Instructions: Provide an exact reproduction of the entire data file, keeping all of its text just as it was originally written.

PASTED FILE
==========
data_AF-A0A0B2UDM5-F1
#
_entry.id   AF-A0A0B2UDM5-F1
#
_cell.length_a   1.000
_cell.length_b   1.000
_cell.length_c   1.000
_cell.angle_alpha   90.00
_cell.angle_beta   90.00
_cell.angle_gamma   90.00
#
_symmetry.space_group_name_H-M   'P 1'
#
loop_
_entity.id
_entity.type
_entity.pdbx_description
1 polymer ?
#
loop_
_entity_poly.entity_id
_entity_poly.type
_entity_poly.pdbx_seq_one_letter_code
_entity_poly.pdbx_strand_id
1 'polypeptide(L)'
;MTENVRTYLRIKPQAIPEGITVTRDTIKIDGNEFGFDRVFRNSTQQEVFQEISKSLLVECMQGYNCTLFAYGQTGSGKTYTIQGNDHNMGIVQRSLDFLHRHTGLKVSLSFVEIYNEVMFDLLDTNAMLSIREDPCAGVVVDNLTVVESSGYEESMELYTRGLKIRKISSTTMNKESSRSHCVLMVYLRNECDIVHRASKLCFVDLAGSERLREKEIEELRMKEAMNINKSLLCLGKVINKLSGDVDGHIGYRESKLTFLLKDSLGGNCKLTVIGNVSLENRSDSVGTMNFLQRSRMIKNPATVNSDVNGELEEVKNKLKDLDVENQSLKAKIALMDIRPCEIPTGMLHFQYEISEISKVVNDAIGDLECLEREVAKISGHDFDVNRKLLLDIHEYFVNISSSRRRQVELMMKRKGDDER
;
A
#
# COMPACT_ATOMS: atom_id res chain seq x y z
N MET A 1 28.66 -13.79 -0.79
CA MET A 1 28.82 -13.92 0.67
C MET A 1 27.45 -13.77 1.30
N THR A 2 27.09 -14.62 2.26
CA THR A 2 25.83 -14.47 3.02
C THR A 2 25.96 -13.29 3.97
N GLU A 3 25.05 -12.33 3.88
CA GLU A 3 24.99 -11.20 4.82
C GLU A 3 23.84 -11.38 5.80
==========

data_AF-A0A0B2UDM5-F1
#
_entry.id   AF-A0A0B2UDM5-F1
#
_cell.length_a   1.000
_cell.length_b   1.000
_cell.length_c   1.000
_cell.angle_alpha   90.00
_cell.angle_beta   90.00
_cell.angle_gamma   90.00
#
_symmetry.space_group_name_H-M   'P 1'
#
loop_
_entity.id
_entity.type
_entity.pdbx_description
1 polymer ?
#
loop_
_entity_poly.entity_id
_entity_poly.type
_entity_poly.pdbx_seq_one_letter_code
_entity_poly.pdbx_strand_id
1 'polypeptide(L)'
;MTENVRTYLRIKPQAIPEGITVTRDTIKIDGNEFGFDRVFRNSTQQEVFQEISKSLLVECMQGYNCTLFAYGQTGSGKTYTIQGNDHNMGIVQRSLDFLHRHTGLKVSLSFVEIYNEVMFDLLDTNAMLSIREDPCAGVVVDNLTVVESSGYEESMELYTRGLKIRKISSTTMNKESSRSHCVLMVYLRNECDIVHRASKLCFVDLAGSERLREKEIEELRMKEAMNINKSLLCLGKVINKLSGDVDGHIGYRESKLTFLLKDSLGGNCKLTVIGNVSLENRSDSVGTMNFLQRSRMIKNPATVNSDVNGELEEVKNKLKDLDVENQSLKAKIALMDIRPCEIPTGMLHFQYEISEISKVVNDAIGDLECLEREVAKISGHDFDVNRKLLLDIHEYFVNISSSRRRQVELMMKRKGDDER
;
A
#
# COMPACT_ATOMS: atom_id res chain seq x y z
N MET A 1 28.66 -13.79 -0.79
CA MET A 1 28.82 -13.92 0.67
C MET A 1 27.45 -13.77 1.30
N THR A 2 27.09 -14.62 2.26
CA THR A 2 25.83 -14.47 3.02
C THR A 2 25.96 -13.29 3.97
N GLU A 3 25.05 -12.33 3.88
CA GLU A 3 24.99 -11.20 4.82
C GLU A 3 23.84 -11.38 5.80